Whispering Valley Property

The Franklin County Commission Tuesday accepted bids on a controversial piece of publicly owned property.

County resident and past commission candidate Ron Keeven had the highest bid of $10 for the 0.120-acre parcel in the Whispering Valley development south of New Haven.

The county commission took the bids under advisement and plan to make an award at the July 16 meeting.


The property became controversial after Krakow resident Dean Riegel accused the county commissioners of handling the original land deal in an unethical manner.

County commissioners had originally voted 3-0 to sell the land for $1 to Chris Boone. But after Riegel raised an issue over the sale, the commissioners agreed to seek public bids for the parcel.

Keeven said part of the reason he bid on the property was to make a statement that he disagreed with how the commissioners handled the land deal originally.

“I’ve made a statement saying I really don’t think the way it was handled the first time was the correct way,” Keeven said. “I think this (public bid process) was the correct way.”

Moreover, Keeven said the land borders his farm and therefore he would like some insight in terms of what takes place in the Whispering Valley development.

Under the Table?

Riegel alleged that the county commission handled the original land deal “under the table” and through a “buddy system.”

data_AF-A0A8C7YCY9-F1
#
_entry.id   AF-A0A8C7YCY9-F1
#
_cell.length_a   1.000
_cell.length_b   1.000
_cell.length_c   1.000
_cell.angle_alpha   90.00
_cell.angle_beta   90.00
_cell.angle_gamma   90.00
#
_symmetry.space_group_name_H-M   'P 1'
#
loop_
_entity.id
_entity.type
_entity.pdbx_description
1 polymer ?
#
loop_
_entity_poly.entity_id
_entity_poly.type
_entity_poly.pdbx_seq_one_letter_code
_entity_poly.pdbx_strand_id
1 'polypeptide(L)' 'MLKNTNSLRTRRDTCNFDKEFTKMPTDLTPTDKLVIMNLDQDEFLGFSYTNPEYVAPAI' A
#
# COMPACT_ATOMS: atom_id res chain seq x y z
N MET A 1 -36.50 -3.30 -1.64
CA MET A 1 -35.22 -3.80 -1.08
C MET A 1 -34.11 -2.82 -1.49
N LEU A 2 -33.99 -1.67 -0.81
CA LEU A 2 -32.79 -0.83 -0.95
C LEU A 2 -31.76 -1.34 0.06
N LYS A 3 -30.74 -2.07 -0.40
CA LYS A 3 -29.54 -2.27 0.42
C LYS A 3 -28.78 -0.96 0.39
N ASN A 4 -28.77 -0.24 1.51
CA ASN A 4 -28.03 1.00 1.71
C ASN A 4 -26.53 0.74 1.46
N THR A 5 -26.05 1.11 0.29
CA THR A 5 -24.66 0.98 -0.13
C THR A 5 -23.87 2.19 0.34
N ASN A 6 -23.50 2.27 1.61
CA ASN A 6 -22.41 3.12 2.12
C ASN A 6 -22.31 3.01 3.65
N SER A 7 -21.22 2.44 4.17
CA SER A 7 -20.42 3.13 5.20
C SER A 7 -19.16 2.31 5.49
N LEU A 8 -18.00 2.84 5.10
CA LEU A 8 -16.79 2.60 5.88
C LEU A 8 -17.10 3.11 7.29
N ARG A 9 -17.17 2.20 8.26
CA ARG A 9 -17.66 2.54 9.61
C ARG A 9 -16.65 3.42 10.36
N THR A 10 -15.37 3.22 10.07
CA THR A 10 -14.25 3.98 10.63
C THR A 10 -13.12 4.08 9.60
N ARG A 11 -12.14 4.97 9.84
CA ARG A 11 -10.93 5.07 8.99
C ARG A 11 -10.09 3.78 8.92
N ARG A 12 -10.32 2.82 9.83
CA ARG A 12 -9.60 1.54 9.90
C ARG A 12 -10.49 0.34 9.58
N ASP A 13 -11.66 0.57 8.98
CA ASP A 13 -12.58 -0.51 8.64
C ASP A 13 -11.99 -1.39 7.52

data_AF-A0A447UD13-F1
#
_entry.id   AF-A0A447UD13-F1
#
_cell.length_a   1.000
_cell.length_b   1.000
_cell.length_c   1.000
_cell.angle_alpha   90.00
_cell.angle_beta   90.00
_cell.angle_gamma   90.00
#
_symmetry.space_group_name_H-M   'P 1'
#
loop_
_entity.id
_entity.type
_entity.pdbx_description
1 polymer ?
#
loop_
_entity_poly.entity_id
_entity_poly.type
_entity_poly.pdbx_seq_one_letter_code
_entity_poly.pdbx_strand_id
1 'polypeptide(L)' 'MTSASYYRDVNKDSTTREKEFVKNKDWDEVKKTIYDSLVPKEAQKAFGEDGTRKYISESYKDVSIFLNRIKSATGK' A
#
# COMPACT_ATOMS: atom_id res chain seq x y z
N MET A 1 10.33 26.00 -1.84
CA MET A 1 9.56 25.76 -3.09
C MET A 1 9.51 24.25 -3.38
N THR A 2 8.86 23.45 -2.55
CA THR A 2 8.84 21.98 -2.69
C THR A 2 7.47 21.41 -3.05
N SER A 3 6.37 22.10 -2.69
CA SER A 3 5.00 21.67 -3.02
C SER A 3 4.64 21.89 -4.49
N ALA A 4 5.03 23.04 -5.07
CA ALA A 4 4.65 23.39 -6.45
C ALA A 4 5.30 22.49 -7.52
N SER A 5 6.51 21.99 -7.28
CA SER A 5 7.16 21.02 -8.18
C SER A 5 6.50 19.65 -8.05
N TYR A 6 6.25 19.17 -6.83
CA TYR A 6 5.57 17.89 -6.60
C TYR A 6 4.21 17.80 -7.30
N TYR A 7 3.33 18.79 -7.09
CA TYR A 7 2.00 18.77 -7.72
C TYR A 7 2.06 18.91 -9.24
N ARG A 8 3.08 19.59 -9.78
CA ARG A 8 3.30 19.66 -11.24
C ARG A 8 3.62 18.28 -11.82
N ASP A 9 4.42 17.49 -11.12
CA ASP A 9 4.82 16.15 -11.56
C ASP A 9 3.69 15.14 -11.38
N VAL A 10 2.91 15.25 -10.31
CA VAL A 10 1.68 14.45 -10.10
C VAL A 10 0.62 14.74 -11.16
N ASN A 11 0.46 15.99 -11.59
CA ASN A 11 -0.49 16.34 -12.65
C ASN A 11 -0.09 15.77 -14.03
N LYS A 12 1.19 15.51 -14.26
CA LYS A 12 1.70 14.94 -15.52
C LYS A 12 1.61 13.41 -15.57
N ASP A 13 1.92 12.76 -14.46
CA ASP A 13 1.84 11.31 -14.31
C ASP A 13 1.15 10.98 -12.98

The county commission strongly disagrees with Riegel’s accusations, saying the land sale was handled properly. They say the property was offered in a public tax sale three times with no offers.

However, when the property was offered in the tax sale the price was higher because it covered the amount of back taxes. Riegel said not everyone was given a chance to buy the land for $1 the first time.

The commissioners should have had another call for public interest when the county decided to sell the land for $1, Riegel said.

First District County Commissioner Tim Brinker has said that he approached Boone about the $1 land deal at a Franklin County Municipal League event.

The goal was to get the property out of the county’s ownership so it would get back on the tax rolls and stop being a county liability, officials have said.

Part of the deal with Boone was that he had to tear down the old house on the property.

After Riegel complained about the land deal, the commissioners agreed to seek public bids for the parcel.

Riegel did not place a bid, and County Commissioners Brinker and John Griesheimer said this indicates Riegel may have had ulterior motives in making an issue out of the land deal with Boone.

Brinker and Griesheimer noted that Boone is Riegel’s ex-brother-in-law.

Riegel said this had nothing to do with him making an issue out of the land deal, saying he is just a citizen upset with how it was handled.

Boone’s original offer of $1 with the condition the house be torn down is still on the table as a bid.

Those who bid on the property had to agree to have the old house at the site torn down within 60 days of closing the sale. The county will pay the closing costs.

The cost of demolition was another reason the county agreed to sell the property for such a small amount of money, Griesheimer said. The county building department has estimated the demolition and disposal costs at more than $10,000, Griesheimer said.

Keeven said he does not think it will cost that much.

“I don’t think it’s going to be close to that,” Keeven said. “Basically, I will be doing most of it myself.”

Other bidders were county residents Art LeBeau, who bid $7, and Eric Reichert, who offered $7.49. But Reichert’s bid was not accepted because he did not comply with the bid rules, county officials say.